Page(s): 713 - 724
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    In this paper, arc-timed Petri nets are used to model controlled real-time discrete event systems, and the control synthesis problem that designs a controller for a system to satisfy its given closed-loop behavior specification is addressed. For the problem with the closed-loop behavior specified by a state predicate, real-time control-invariant predicates are introduced, and a fixpoint algorithm to compute the unique extremal control-invariant subpredicate of a given predicate, key to the control synthesis, is presented. For the problem with the behavior specified by a labeled arc-timed Petri net, it is shown that the control synthesis problem can be transformed into one that synthesizes a controller for an induced arc-timed Petri net with a state predicate specification. The problem can then be solved by using the fixpoint algorithm as well. The algorithm involves conjunction and disjunction operations of polyhedral sets and can be algorithmically implemented, making automatic synthesis of controllers for real-time discrete event systems possible View full abstract»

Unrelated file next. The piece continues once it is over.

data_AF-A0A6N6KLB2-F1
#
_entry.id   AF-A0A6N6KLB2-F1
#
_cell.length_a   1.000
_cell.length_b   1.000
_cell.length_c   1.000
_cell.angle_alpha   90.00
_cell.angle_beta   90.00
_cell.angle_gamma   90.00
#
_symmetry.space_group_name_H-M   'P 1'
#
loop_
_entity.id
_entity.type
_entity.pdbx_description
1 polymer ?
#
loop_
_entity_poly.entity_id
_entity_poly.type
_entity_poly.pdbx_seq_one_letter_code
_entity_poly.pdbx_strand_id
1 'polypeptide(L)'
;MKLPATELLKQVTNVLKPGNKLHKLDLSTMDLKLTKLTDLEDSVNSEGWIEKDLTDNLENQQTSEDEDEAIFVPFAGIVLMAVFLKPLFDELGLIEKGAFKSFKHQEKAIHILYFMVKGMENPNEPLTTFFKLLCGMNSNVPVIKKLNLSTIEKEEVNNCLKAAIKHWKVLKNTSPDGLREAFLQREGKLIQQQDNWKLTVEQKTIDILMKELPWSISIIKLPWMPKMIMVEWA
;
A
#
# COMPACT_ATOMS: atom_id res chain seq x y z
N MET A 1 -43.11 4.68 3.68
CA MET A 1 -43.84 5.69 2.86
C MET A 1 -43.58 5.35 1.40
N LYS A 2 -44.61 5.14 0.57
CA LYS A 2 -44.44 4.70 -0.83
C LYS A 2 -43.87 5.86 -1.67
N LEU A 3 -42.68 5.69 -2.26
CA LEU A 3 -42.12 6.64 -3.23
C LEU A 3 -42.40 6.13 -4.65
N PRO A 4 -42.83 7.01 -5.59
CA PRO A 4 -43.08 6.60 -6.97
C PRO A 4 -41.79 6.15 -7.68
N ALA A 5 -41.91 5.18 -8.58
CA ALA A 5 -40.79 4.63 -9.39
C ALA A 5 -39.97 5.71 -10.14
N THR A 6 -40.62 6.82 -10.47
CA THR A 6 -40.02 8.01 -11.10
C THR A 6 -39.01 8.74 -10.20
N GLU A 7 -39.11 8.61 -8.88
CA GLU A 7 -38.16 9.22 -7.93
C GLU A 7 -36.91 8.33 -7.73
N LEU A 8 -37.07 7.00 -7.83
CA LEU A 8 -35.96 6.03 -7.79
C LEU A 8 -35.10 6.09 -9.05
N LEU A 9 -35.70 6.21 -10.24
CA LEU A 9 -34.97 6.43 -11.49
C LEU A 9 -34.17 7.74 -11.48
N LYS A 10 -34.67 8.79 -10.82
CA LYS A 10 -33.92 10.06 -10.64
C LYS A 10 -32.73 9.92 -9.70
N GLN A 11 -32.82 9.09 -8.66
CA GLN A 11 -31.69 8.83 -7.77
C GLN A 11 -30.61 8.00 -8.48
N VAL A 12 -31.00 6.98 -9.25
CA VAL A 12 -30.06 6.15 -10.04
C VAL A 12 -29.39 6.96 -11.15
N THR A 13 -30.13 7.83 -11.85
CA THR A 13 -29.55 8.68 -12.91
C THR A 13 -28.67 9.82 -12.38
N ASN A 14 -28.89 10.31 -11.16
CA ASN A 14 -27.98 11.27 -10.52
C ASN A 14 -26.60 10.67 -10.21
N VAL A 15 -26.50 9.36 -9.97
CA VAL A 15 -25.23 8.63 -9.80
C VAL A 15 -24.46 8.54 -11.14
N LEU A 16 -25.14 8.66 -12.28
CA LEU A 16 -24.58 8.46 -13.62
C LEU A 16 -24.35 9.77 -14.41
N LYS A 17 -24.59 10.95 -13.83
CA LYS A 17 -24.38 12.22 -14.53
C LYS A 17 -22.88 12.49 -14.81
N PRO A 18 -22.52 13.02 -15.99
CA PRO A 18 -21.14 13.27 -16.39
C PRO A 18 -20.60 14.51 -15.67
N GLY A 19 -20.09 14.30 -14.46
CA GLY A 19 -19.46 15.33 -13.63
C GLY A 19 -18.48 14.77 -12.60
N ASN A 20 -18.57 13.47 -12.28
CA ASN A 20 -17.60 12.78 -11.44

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  • Markovian timed Petri nets for performance analysis of semiconductor manufacturing systems

    Page(s): 757 - 771
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    A subclass of generalized stochastic Petri nets (GSPNs) with priorities, called Markovian timed Petri nets, are proposed to model semiconductor manufacturing systems that consider process priorities, routing priorities, resource re-entrance, and nonpreemptive operations. Uniformization technique is used to establish both lower and upper bounds of the performance of interest. These bounds are computable using linear programming. Numerical experiments have been conducted to evaluate the accuracy of the bounds using models adapted from real-world systems. The experiments show that the upper bounds are very close to the simulation results. Thus, performance measures can be accurately estimated using these bounds View full abstract»